To provide a color and identification specification of the cabling used for OPP FAS Controls and Communication Cables.
In the effort to standardize the cabling used across the OPP FAS Controls networks, this document will provide the single source of truth on the cabling identification.
Review and Discuss this Appendix with the OPP BAS group before purchases and implementation.
ll CAT6 cable shall have the following characteristics clearly identifiable upon inspection or it is considered non-compliant and will be removed and replaced with compliant cable at the vendor's expense.
● Solid Green in color.
● Markings identifying feet/meters imprinted on the cable jacket by the cable manufacturer.
● When required, plenum rated.
● Circuit identification
○ Circumferentially colors 100% of the conductor for easily identifiable tip and ring mates.
○ Distinct colors
○ Permanent, environmentally friendly color that doesn’t wear off.
Pair Copper Cable
ll ARCnet 156 cable shall have the following characteristics that are clearly identifiable upon inspection or it will be considered non-compliant and will be removed and replaced with compliant cable at the vendor’s expense.
Jacket shall be solid
olor, with the following identifiers of the networks in a given building:
○ Green/Brown stripe Network 1
○ Green/Red stripe Network 2
○ Green/Orange stripe Network 3
○ Green/Yellow stripe Network 4
○ Green/Blue stripe Network 5
○ Green/Purple stripe Network 6
○ Green/Grey stripe Network 7
○ Green/White stripe Network 8
○ Green/Gold stripe Network 9
○ Green/Black stripe Network 10
● Circuit identification shall be circumferentially colors 100% of the conductor for easy identification of the tip and ring mates. Colors shall be black and white.
1.1.5 Rnet (for Automated Logic ZS room sensors)
All Rnet cable shall have the following characteristics that are clearly identifiable upon inspection or it will be considered non-compliant and will be removed and replaced with compliant cable at the vendor’s expense.
● Cable Description: 18 AWG 2 Pair Bare Copper, Individually Shielded Plenum, UL Listed C(UL)US CMP
Shielded Plenum BAS/Temperature Control Cables Specifications:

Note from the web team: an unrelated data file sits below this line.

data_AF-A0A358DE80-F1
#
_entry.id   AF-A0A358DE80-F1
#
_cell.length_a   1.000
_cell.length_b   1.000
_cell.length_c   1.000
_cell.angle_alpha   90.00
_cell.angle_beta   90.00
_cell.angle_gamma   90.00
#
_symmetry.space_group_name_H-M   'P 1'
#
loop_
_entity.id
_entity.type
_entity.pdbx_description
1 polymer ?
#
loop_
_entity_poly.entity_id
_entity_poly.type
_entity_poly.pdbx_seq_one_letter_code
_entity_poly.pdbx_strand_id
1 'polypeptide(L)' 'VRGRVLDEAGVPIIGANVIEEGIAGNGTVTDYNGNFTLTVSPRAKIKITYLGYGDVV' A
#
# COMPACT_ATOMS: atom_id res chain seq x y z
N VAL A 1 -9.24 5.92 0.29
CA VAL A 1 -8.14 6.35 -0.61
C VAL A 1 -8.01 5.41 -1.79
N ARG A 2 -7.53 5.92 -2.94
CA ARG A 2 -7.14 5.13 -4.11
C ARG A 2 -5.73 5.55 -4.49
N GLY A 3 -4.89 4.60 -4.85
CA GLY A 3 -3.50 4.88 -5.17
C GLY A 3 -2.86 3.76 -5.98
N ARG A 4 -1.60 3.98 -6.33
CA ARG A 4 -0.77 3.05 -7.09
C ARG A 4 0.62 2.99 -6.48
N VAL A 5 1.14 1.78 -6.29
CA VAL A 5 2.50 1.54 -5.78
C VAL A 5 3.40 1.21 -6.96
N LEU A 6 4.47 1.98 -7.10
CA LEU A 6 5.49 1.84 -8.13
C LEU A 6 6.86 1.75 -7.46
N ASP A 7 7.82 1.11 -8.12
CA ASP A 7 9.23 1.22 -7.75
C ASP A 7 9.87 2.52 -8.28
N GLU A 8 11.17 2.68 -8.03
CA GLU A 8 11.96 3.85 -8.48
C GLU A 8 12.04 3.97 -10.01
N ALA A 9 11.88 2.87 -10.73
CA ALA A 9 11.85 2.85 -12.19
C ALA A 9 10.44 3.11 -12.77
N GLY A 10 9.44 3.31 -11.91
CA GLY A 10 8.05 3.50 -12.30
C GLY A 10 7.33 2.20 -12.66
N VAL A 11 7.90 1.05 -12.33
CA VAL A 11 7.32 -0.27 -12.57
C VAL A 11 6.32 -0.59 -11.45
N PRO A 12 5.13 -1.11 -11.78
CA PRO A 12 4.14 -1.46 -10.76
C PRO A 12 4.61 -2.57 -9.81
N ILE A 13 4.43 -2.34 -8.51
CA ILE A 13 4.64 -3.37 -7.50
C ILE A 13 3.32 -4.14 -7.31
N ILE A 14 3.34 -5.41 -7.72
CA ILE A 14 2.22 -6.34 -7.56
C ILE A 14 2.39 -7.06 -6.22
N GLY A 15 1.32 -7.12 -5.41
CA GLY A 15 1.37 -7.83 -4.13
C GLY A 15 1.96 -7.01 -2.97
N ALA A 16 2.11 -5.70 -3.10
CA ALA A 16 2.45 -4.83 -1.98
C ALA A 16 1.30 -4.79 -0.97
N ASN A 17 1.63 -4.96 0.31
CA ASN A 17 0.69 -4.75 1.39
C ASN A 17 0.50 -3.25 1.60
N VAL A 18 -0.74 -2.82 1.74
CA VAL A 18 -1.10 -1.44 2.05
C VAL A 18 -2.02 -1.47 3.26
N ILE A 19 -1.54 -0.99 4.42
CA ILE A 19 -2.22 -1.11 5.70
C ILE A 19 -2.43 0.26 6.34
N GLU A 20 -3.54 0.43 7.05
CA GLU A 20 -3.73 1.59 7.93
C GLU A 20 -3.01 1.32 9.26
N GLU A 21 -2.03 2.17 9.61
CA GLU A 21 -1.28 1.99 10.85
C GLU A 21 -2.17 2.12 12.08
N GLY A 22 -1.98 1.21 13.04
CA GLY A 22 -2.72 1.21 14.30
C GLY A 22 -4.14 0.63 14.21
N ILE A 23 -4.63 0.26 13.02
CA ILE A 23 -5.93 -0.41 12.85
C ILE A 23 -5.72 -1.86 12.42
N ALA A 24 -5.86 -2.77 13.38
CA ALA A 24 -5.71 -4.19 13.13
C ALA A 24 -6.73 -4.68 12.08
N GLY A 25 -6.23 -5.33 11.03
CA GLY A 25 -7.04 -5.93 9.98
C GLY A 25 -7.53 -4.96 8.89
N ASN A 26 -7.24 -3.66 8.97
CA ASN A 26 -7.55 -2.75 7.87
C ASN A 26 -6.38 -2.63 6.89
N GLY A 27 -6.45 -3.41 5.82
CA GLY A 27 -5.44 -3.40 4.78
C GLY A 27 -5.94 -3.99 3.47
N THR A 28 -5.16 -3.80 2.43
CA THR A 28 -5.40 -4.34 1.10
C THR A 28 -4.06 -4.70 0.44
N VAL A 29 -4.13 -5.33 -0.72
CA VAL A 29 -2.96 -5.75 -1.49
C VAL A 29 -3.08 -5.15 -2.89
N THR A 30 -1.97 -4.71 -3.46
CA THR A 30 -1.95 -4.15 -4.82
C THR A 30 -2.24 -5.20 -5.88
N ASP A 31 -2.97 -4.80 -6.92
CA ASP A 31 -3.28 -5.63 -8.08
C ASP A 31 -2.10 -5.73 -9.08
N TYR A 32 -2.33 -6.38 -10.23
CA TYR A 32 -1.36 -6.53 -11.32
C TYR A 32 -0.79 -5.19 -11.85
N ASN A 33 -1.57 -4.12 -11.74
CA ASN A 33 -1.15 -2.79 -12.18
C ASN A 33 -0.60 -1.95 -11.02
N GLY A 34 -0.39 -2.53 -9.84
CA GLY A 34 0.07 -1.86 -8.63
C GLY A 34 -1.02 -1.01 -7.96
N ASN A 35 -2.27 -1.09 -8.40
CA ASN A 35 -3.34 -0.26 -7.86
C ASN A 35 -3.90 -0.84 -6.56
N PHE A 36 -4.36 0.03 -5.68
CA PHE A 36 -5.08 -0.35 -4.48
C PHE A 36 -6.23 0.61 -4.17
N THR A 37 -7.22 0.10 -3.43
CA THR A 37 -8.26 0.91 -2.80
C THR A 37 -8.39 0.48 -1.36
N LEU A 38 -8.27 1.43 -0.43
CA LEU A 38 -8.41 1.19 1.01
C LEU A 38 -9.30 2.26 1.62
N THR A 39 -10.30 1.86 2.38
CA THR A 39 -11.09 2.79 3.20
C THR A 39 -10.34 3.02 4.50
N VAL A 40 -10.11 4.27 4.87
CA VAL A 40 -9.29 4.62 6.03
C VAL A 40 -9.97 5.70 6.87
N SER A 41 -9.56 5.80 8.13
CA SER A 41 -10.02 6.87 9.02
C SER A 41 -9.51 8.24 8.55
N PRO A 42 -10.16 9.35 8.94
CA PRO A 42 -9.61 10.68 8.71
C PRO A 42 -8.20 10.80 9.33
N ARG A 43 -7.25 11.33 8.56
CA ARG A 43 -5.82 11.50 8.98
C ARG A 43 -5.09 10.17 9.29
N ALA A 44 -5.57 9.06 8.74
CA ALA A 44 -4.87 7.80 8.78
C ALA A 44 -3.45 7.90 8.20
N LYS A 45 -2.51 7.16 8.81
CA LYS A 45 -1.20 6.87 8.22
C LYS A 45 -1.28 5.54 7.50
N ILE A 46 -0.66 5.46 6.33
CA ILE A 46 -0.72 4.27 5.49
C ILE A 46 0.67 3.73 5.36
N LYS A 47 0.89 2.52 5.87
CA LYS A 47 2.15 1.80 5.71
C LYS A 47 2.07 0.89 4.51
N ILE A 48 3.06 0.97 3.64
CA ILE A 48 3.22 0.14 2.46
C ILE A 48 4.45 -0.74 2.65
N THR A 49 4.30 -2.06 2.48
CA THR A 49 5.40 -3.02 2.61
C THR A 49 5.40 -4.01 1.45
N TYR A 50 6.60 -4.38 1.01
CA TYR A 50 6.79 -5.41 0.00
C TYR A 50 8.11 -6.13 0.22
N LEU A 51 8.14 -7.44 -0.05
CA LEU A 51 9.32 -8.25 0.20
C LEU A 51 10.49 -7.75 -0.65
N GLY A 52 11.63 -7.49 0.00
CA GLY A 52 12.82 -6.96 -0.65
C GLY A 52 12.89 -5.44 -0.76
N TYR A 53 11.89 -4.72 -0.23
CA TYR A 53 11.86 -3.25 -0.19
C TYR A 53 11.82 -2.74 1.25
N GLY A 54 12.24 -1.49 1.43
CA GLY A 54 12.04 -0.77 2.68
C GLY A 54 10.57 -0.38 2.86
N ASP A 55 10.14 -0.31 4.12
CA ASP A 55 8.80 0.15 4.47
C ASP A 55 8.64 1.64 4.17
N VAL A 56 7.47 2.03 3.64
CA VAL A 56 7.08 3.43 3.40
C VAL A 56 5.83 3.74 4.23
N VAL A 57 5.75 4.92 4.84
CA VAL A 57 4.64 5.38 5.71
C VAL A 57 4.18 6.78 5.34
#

Conductor: 18 AWG (7/26 Bare Copper)
● 18 AWG 2 Pair Bare Copper, Individually Shielded Plenum BAS/Temperature Control Cable shall be Windy City Wire 160100 or approved equal.
ll MODBUS/MSTP cable shall have the following characteristics that are clearly identifiable upon inspection or it will be considered non-compliant and will be removed and replaced with compliant cable at the vendor’s expense.
Jacket shall be solid
in color, with the following identifiers of the networks in a given building:
● A minimum of three conductors, but the shield may be used as the common conductor, so shielded two conductor cable may be used. If you do not use shielded cable, then at least three conductors are required. Some RS-485 devices do not use a common connection, but we recommend always connecting common for reliable performance and to avoid damage due to surges.
● For unterminated networks, the current will generally be less than 10 mA and any gauge should work; we recommend #24 AWG to 18 AWG.
● For terminated networks, the current can be 60 mA or higher, so heavier gauge wire may be needed for very long runs.
○ We recommend #22 to #20 AWG for runs up to 1000 ft. (~300 m).
○ We recommend #20 to #16 AWG for runs up to 4000 ft.( ~1200 m).
● Cables suitable for use in an RS-485 network should have an impedance of between 100 and 130 ohms, a capacitance between conductors of less than 30 pF per foot (100 pF per meter), and a capacitance between conductors and shield less than 60 pF per foot (200 pF per meter).
● Because RS-485 is differential, it is less susceptible to interference, so shielding is not always necessary. However, we recommend shielding for long runs and if there is electrically noisy equipment nearby like variable speed drives. If you use shielded cable, connect the shield to earth ground at one end (generally the PC or RS-485 master).
● Twisted wires are always required .
We recommend wire or cable rated for the highest voltage present.
if you are monitoring a 120/208 Vac panel, you should use 300V rated cable. If you are monitoring a 480Y/
circuit, use 600V rated cable. If you have the power and energy
a separate enclosure and there is no way the mains wires can contact the Modbus output cable, then you could safely use lower voltage rated cable, such as 150V or lower. Long runs of 300V or 600V rated cable may be expensive, so it may be more economical to use lower voltage rated cable and use a protective jacket in the regions where the cable is in the vicinity of dangerous voltages.
Can you run the RS-485 network cable adjacent to or in the same conduit with mains wires?
We strongly recommend against this. There may be interference from the high voltages and currents present on the mains wires, and if there is any insulation fault, arcing, etc. on the mains wires, it could put dangerous voltages on the low-voltage RS-485 network cable.
Binding or Securing Cable—Hook and Loop
Binding or Securing Cable—Hook and Loop Versus Zip Tie
Cable stress, such as that caused by tension in suspended cable runs and tightly cinched bundles, should be minimized. Cable bindings, if used to tie multiple cables together, should be irregularly spaced and should be loosely fitted (easily moveable).
Additional guidance can be found in the BICSI Information Transport Systems Installation Methods Manual (ITSIMM), which reads:
Use hook and loop straps to secure the cables. The hook and loop straps should be evenly spaced throughout the dressed length. Hook and loop straps should be used to prevent a change in the physical geometry of the cable that typically results from use of nylon tie wraps.
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